Sunday, July 21, 2013

Typhoon Morakot - 2009 Season Storm

Everyone in Taiwan  has recent memories of Typhoon Soulik. It was a devastating storm, but people who lived through Typhoon Morakot just 4 years ago in 2009 may tell you that Soulik doesn't compare to Morakot. Statistics confirm that Typhoon Morakot was one of the worst storms to hit Taiwan in recorded history formed on August 2, 2009 as a tropical depression and was named Morakot by the Japanese Meteorological Agency just one day later on August 3. Two days later on August 5, it was upgraded to a Typhoon. Early on August 7, the storm attained its peak intensity with winds of 140 km/h (85 mph 10-minute sustained) according to the JMA. The JTWC reported the storm to be slightly stronger, with winds peaking at 150 km/h (90 mph 1-minute sustained), the equivalent of a Category 1 hurricane on the Saffir–Simpson Hurricane Scale. The storm affected S. Korea, Philippines, China, Japan, the Okinawa Prefecture and of course Taiwan.  The remnants of the typhoon eventually dissipated on August 11 as it passed through the China mainland.
The casualties rose to 461 dead and 192 missing and the cost rose to 3.3 billion U.S. dollars or NT$110 billion. A record 109.3 inches (2,777 mm) of rain fell, topping a previous record of 68.35 inches (1,736 mm). I can't imagine a rainfall in Texas U.S.A. of 109.3 inches. In China (Fujian province) there were 8 people killed because of Morakot, and costing 1.4 billion dollars. Approximately 50,000 soldiers had to assist in finding trapped or missing people in Taiwan alone. It took 3 years of reconstruction to redevelop the area.
As mentioned, Morakot affected the Philippines. Twenty-six people from the Philippines were killed in this storm.
As a result of Morakot, there were several mudslides, some noted in Taiwan. In Shiao Lin, three hundred people were rescued as an entire town was covered by the mudslide but several remained missing. The people saved by the mudslides were rescued by helicopters. Heavy rains triggered a massive landslide in Pengxi, a town in Wenzhou city of eastern China's Zhejian province, and destroyed seven three-story apartment buildings at the foot of a mountain.
It is almost unbelievable what residents of Taiwan and China have dealt with in the past, knowing all too well that it can happen all over again.

Tropical Weather Front - Invest 98L

Now located in the Eastern Pacific, there is a weather front which is now called Invest 98L. This low front is located off the coast Acapulco Mexico. According to the forecast models, all possible tracks are to the west, traveling away from the coast. This storm should not pose any real threat to the U.S. mainland or Mexico. Further development of this weather system will be reported when it happens.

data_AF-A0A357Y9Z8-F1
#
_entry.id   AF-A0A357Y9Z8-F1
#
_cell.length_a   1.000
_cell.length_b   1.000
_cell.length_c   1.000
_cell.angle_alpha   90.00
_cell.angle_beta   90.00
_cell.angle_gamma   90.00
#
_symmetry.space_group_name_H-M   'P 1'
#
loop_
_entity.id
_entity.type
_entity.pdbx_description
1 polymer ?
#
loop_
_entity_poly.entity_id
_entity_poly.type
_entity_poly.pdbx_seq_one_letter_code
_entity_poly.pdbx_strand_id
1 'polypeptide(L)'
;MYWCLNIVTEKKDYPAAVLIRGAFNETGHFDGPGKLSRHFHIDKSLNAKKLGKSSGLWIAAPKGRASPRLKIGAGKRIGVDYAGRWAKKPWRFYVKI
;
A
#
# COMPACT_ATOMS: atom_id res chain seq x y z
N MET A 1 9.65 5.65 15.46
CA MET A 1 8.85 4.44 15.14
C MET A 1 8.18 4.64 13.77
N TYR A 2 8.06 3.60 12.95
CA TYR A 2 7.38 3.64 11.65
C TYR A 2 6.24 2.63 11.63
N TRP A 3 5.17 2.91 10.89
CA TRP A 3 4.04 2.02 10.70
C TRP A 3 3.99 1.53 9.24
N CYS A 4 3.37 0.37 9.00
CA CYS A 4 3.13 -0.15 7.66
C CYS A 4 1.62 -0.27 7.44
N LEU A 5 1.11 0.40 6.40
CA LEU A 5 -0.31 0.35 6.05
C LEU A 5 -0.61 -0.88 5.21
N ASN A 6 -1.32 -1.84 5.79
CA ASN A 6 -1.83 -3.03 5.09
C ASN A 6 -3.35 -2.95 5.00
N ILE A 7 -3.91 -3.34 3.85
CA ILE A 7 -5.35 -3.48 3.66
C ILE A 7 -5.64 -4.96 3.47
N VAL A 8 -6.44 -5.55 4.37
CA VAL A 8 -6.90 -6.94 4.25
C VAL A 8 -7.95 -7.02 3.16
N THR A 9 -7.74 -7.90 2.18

Saturday, July 20, 2013

Looking back to the Busiest Hurricane Record Year in History

Which year would you suspect be the most active Atlantic hurricane season in recent recorded history?

Some may think back before 2000, but actually the year of 2005 was the most active Atlantic hurricane season in recorded history. There were almost 4,000 deaths, with damages estimating to be almost $160 billion dollars.

There were seven recorded storms that were considered major, but five of these storms were responsible for most of the deaths and destruction. The storms were Emily, Rita, Wilma, Dennis, and last but not least, Katrina. Two of the states, Texas and Louisiana experienced 2 major storms that year.
So far this year, no major storms....    How can one year have so many and then another have none?  Hopefully, you do not truly believe that the United States will not experience a hurricane this year.

With the temperatures heating up, I would expect to see more tropical weather systems this season. The water temperatures in the Atlantic and Pacific, especially in the Gulf of Mexico are at their highest, ever. This can only spell disaster when it comes to storms entering the Gulf of Mexico.

One of the storms mentioned above, Katrina, turned out to be a Category 3 storm that actually entered land
twice. It appeared in a year not only that was full of storms for the season that effected the United States,
it was a year that began two months before the beginning of the hurricane season. A stated fact in a prior article is that most hurricanes that attack the U.S. normally are born off of the coast of Africa. For the most part that is true, but with hurricane Katrina, it got it's birth near the Bahamas, very close to the United States mainland, just East of Florida and North of Puerto Rico, which was an Atlantic storm.

It was tragic that so many people lost their lives because of Katrina. The storm surge from the Gulf, the rains, floods, and high winds took many by surprise. Many of the people who experienced Katrina never experienced a storm of this magnitude or one with such killer force. Some of these people, ones that have witnessed tropical storm fury left the area, knowing full well what could happen, but some of those same people who witnessed it before decided to stay and ride out this storm called Katrina just because they wanted to 'protect' their home.    Katrina won. Unfortunately so many people died, and many not a direct result of direct contact of the storm. Many perished because one of flood water because a dam broke and flooded the lower reaches of the North Bank, in many areas above rooftops.